How Software Testing Fits Into The Debugging Process

23 Apr 2024

Debugging is not just about identifying errors—it's about instituting a reliable process for ensuring software health and longevity. In this post, we discuss the role of software testing in debugging, including foundational concepts and how they converge to improve software quality.

As a side note, if you like the content of this and the other posts in this series, check out my Debugging book, which covers this subject. If you have friends who are learning to code, I'd appreciate a reference to my Java Basics book. If you want to get back to Java after a while, check out my Java 8 to 21 book.

The Intersection of Debugging and Testing

Debugging and testing play distinct roles in software development. Debugging is the targeted process of identifying and fixing known bugs. Testing, on the other hand, encompasses an adjacent scope, identifying unknown issues by validating expected software behavior across a variety of scenarios.

Both are a part of the debug fix cycle, which is a core concept in debugging. Before we cover the cycle, we should first make sure we're aligned with the basic terminology.

Unit Tests

Unit tests are tightly linked to debugging efforts, focusing on isolated parts of the application—typically individual functions or methods. Their purpose is to validate that each unit operates correctly in isolation, making them a swift and efficient tool in the debugging arsenal. These tests are characterized by their speed and consistency, enabling developers to run them frequently, sometimes even automatically, as code is written within the IDE.

Since software is so tightly bound, it is nearly impossible to compose unit tests without extensive mocking. Mocking involves substituting a genuine component with a stand-in that returns predefined results, thus a test method can simulate scenarios without relying on the actual object. This is a powerful yet controversial tool. By using mocking, we're, in effect, creating a synthetic environment that might misrepresent the real world. We're reducing the scope of the test, which might perpetuate some bugs.

Integration Tests

Opposite to unit tests, integration tests examine the interactions between multiple units, providing a more comprehensive picture of the system's health. While they cover broader scenarios, their setup can be more complex due to the interactions involved. However, they are crucial in catching bugs that arise from the interplay between different software components.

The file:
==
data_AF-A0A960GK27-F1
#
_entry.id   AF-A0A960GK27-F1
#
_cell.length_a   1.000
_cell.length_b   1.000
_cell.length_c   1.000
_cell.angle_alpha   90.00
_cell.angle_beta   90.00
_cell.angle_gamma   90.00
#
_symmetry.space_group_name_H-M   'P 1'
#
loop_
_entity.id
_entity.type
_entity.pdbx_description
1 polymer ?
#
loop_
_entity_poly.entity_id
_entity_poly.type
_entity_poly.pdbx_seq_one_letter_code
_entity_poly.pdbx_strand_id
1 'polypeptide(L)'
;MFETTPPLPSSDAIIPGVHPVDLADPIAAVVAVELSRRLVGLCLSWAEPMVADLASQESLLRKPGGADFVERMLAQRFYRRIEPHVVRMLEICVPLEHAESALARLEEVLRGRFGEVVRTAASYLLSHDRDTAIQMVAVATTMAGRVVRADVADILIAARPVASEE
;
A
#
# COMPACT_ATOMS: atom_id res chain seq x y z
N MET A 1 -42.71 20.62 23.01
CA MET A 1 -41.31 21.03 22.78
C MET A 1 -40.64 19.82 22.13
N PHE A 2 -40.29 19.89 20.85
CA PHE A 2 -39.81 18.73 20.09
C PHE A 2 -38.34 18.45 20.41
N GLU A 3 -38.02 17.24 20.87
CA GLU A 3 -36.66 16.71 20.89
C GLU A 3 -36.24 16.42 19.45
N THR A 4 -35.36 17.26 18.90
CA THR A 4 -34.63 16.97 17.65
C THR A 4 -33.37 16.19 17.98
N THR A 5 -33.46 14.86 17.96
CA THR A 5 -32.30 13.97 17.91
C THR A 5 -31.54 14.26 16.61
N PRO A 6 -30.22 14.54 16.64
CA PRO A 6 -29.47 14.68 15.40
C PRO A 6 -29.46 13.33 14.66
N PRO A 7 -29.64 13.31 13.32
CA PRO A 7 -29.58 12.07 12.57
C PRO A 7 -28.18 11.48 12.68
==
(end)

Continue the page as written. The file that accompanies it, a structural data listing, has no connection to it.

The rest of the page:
In general, mocking can be used in integration tests, but it is discouraged. They take longer to run and are sometimes harder to set up. However, many developers (myself included) would argue that they are the only benchmark for quality. Most bugs express themselves in the seams between the modules and integration tests are better at detecting that.

Since they are far more important, some developers would argue that unit tests are unnecessary. This isn't true; unit test failures are much easier to read and understand. Since they are faster, we can run them during development and even while typing. In that sense, the balance between the two approaches is the important part.


Coverage is a metric that helps quantify the effectiveness of testing by indicating the proportion of code exercised by tests. It helps identify potential areas of the code that have not been tested, which could harbor undetected bugs. However, striving for 100% coverage can be a case of diminishing returns; the focus should remain on the quality and relevance of the tests rather than the metric itself. In my experience, chasing high coverage numbers often results in bad test practices that persist in problems.

It is my opinion that unit tests should be excluded from coverage metrics due to the importance of integration tests to overall quality. To get a sense of quality coverage, we should focus on integration and end-to-end tests.

The Debug-Fix Cycle

The debug-fix cycle is a structured approach that integrates testing into the debugging process. The stages include identifying the bug, creating a test that reproduces the bug, fixing the bug, verifying the fix with the test, and finally, running the application to ensure the fix works in the live environment. This cycle emphasizes the importance of testing in not only identifying but also in preventing the recurrence of bugs.